[93] 9. Impossible 2. (Dutiyaabhabbaṭṭhānasutta). "Monks, it cannot be that one with right view will accept amything: (1 - 6) as permanent, as happiness, as self, do a wrong act, fall back on rite and ritual."

[94] 10. Impossible 3. (Tatiyaabhabbaṭṭhānasutta). "Monks, it cannot be that one with right view will: (1 - 6) kill his mother, his father, an arahant, draw the blood of the Tathāgata, creae a schesm in the Sangha, point to another Teachre."

[95] 11. Impossible 4. (Cattutaabhabbaṭṭhānasutta). "Monks, it cannot be that one with right view will attribute weal and woe to oneself, or to another, or to both, or to chance. He knows causation and causally arisen phenomena.

10. Ānisaṃsavagga – 10. Benefits

[96] 1. Manifestation. (Pātubhāvasutta). "Monks, these manifestations are rare in the world: (1 - 6) a Tathāgata; a teacher of the Dhamma; rebirth as a noble one; being endowed with unimpaired sense faculties; being intelligent and astute; having the desire for the Dhamma."

[97] 2. Benefits. (Ānisaṃsasutta). "Monks, the six advantages of stream-winning are: (1 - 6) certainty of Dhamma; no falling away; reduced suffering; non-impartible knowledge; causation rightly discerned.

[98] 3. Impermanance. (Aniccasutta). "Monks, a bhikkhu who considers any conditioned thing as permanent will realize (1 - 6) the Dhamma; the right path; stream-entry; once-returning; non-returning; Arahantship."

[99] 4. Suffering. (Dukkhasutta). Same as the previous sutta replacing 'Impermanance' with 'Suffering'.

[100] 5. Not-self. (Anattasutta). Same as sutta 98 repacing 'Impermanence' with 'Not-self'.

[101] 6. Nibbāna. (Nibbānasutta) Same as sutta 98 replacing 'Impermanence' with 'Nibbāna'.

[102] 7. Without reserves. (Anavatthitasutta). "Monks, a bhikkhu will realize impermanence without reserve if (1 - 6) he considers all conditioned phenomena as not lasting; not take delight in worldly things; rise above the world; his mind flows towards nibbāna; he abandons the fetters."

[103] 8. Upholding. (Ukkhittāsikasutta). "Monks, to perceive suffering in all conditioned things a monk should uphold: (1 - 6) disenchantment; abandon the world; see nibbāna as peaceful; uproot the underlying tendencies; do his task; serve the Teacher."

[104] 9. Non-identification. (Attammayasutta). Same as the conditions to realize non-self given in sutta 100.

[105] 10. Existence. (Bhavasutta). "Monks, bhikkhus should abandon the three kinds of existence in the spheres of sense, form and the formless by undertaking the appropriate training in the higher virtue, the higher mind and the higher wisdom."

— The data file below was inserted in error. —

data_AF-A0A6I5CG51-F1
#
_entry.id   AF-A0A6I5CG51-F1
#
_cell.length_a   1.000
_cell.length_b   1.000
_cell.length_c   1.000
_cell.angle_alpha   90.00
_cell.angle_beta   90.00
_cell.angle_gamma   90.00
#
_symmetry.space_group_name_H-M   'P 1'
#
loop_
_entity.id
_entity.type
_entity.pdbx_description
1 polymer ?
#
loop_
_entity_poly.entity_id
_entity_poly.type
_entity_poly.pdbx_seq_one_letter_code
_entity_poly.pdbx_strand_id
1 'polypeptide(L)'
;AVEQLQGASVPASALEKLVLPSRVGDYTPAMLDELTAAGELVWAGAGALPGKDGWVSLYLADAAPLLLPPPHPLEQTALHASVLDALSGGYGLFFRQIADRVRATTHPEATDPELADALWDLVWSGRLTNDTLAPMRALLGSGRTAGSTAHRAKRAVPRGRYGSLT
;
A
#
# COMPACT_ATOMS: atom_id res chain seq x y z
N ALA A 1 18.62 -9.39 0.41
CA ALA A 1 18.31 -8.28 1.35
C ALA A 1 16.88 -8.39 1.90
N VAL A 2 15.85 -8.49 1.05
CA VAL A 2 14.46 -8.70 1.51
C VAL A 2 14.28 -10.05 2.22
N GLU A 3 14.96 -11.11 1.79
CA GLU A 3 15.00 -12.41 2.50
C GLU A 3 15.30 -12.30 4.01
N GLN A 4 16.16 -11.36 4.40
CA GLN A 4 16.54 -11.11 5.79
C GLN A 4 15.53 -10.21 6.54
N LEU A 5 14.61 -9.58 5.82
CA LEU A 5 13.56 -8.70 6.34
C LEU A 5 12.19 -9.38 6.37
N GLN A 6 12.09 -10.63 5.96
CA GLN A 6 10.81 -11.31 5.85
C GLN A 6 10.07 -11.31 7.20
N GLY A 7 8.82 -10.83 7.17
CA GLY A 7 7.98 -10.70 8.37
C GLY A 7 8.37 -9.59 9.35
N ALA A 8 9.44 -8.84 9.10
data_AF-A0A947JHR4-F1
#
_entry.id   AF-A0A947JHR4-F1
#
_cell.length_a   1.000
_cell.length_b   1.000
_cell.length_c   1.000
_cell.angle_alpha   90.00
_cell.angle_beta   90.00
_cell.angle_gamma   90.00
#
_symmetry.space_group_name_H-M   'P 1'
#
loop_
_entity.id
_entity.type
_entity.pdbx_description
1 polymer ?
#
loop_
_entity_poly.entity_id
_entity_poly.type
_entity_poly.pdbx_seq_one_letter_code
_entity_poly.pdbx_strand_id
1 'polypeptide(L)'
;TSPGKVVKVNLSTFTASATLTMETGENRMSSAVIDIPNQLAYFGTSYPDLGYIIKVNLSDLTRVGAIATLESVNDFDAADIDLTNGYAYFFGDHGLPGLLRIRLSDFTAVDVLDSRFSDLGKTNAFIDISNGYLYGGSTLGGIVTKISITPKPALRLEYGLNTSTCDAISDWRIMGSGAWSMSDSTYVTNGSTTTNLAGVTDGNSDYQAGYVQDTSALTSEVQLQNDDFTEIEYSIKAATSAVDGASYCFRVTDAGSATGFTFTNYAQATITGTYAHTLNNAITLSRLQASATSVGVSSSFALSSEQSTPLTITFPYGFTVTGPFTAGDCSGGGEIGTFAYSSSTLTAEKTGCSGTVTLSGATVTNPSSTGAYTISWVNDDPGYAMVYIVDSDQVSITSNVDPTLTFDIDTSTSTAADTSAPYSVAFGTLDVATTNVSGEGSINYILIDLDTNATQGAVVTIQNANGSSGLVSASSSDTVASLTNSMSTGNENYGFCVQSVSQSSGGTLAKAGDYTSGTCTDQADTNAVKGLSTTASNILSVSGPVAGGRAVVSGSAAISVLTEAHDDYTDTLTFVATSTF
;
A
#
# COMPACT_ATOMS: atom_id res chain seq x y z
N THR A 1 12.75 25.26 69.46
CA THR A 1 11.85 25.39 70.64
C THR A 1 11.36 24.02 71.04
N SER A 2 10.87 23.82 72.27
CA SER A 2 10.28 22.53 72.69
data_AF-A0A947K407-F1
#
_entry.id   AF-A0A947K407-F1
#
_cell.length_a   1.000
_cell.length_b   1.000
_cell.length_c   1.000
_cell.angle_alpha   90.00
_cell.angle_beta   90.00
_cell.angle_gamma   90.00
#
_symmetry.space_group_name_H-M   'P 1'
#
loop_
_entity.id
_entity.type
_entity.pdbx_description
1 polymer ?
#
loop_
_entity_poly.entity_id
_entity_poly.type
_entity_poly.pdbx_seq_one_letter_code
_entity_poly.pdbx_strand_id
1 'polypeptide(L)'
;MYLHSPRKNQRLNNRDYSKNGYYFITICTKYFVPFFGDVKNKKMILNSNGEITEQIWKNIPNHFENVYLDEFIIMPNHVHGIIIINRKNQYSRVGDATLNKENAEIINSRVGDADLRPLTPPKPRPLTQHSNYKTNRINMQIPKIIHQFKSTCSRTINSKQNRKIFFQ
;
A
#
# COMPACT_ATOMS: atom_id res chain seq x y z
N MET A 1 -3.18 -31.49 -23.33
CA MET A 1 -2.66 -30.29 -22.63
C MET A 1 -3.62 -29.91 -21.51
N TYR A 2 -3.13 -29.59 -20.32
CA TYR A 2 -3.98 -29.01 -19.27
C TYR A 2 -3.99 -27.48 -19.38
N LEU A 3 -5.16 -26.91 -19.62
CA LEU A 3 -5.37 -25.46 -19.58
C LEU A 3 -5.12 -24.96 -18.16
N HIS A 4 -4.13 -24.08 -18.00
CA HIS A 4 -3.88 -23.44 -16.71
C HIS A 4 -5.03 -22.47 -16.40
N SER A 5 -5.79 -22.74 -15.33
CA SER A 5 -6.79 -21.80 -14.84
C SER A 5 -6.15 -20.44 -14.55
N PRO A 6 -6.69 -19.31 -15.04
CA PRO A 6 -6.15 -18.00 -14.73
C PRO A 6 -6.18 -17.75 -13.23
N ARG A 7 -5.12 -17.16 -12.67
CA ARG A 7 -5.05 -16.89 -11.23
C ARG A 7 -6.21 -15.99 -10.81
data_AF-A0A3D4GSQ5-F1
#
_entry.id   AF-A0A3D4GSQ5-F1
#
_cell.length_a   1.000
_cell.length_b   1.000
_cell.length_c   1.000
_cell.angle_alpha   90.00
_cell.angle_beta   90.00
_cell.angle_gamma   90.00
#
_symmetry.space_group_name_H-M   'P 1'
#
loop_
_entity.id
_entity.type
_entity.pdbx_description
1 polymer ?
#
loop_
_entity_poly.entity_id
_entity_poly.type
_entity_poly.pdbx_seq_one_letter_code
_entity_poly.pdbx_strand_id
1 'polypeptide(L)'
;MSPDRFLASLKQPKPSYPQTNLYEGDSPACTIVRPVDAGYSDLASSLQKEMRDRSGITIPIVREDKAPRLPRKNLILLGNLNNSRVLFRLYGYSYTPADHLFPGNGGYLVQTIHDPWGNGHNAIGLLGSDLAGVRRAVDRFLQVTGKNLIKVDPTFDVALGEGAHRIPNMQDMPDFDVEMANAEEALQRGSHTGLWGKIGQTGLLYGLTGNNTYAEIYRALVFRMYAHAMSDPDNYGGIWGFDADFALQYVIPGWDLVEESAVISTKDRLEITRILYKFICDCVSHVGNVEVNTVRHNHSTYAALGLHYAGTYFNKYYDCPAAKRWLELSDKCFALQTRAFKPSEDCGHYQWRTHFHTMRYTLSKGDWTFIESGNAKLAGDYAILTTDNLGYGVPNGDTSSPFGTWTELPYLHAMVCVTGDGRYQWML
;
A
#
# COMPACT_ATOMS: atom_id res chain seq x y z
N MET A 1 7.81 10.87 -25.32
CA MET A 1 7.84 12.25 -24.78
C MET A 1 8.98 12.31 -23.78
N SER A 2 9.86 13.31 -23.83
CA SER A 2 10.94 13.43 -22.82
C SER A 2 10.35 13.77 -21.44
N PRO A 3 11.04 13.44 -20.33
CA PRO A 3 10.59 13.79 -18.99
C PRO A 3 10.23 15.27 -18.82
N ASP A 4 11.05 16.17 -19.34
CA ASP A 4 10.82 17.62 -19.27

[106] 11. Craving. (Taṇhāsutta). "Monks, bhikkhus should abandon the three kinds of craving, sensual craving, craving for existence and craving for non-existence by abandoning conceit, arrogance and the sense of inferiority."

11. Tikavagga – 11. Triads

[107] 1. Lust. (Rāgasutta). "Monks, these are the three and how to abandon them: (1) Lust. Cultivate the unattractive. (2) Hatred. Cultivate loving-kindness. (3) Delusion. Cultivate wisdom."

[108] 2. Misconduct. (Ducaritasutta). "Monks, these are the three and how to abandon them: (1) Bodily misconduct. Abandon such conduct. (2) Verbal misconduct. Abandon such conduct. (3) Mental misconduct. Abandon such conduct."

[109] 3. Thinking. (Vitakkasutta). "Monks, these are the three and how to abandon them: (1) Sensual thoughts. Cultivate thought of renunciation. (1) Sensual thoughts. Abandon them. (3) Thoughts of harming. Cultivate thoughts of harmlessness.

[110] 4. Perceptions. (ṣaññāsutta). Same as previous sutta replacing 'thought' with 'perception'.

[111] 5. Elements. (Dhātusutta). Same as previous sutta 109 replacing 'thought' with 'element'

[112] 6. Gratification. (Assādasutta). "Monks, these are the three views and how to abandon them: (1) View of gratification. Replace with view of impermanence. (2) View of self. Replace with view of non-self. (3) Wrong view. Replace with right view."

[113] 7. Discontent. (Aratisutta). "Monks, these are the three and how to abandon them: (1) Discontent. Replace with altrustic joy. (2) Harmfuolness. Cultivate hjarmlessness. (3) Wrong Conduct. Replace with conduct according to Dhamma."

[114] 8. Contentment. (Santuṭṭhitāsutta). "Monks, these are the three and how to abandon them: (1) Non-contentment. Practice the opposite. (2) Lack of clear comprehension. Practice the opposite. (1) Strong desires. Practice the opposite."

[115] 9. Incorrigibility. (Dovacassatāsutta). "Monks, these are the three and how to abandon them: (1) Being difficult to correct. Cultivate the opposite. (2) Bad Friendship. Cultivate good friends. (3) Mental distraction. Develop mindfulness."

[116] 10. Rest lessness. (Uddhaccasutta). "Monks, these are the three and how to abandon them: (1) Restlessness. Develop serenity. (2) Non-restraint. Abandon it. (3) Heedlessness. Develop Heedfulness."

12. Sāmaññvagga – 12 Asceticism.

This final chapter consists of a large number of suttas [116 - 661]. Most of them consist of a little more than the mention of the bare title. They are dealt with elsewhere in this Nikāya. Accordingly they are not abstracted in this document.

Here ends the Aṅguttara Nikāya of the Sutta Piṭaka.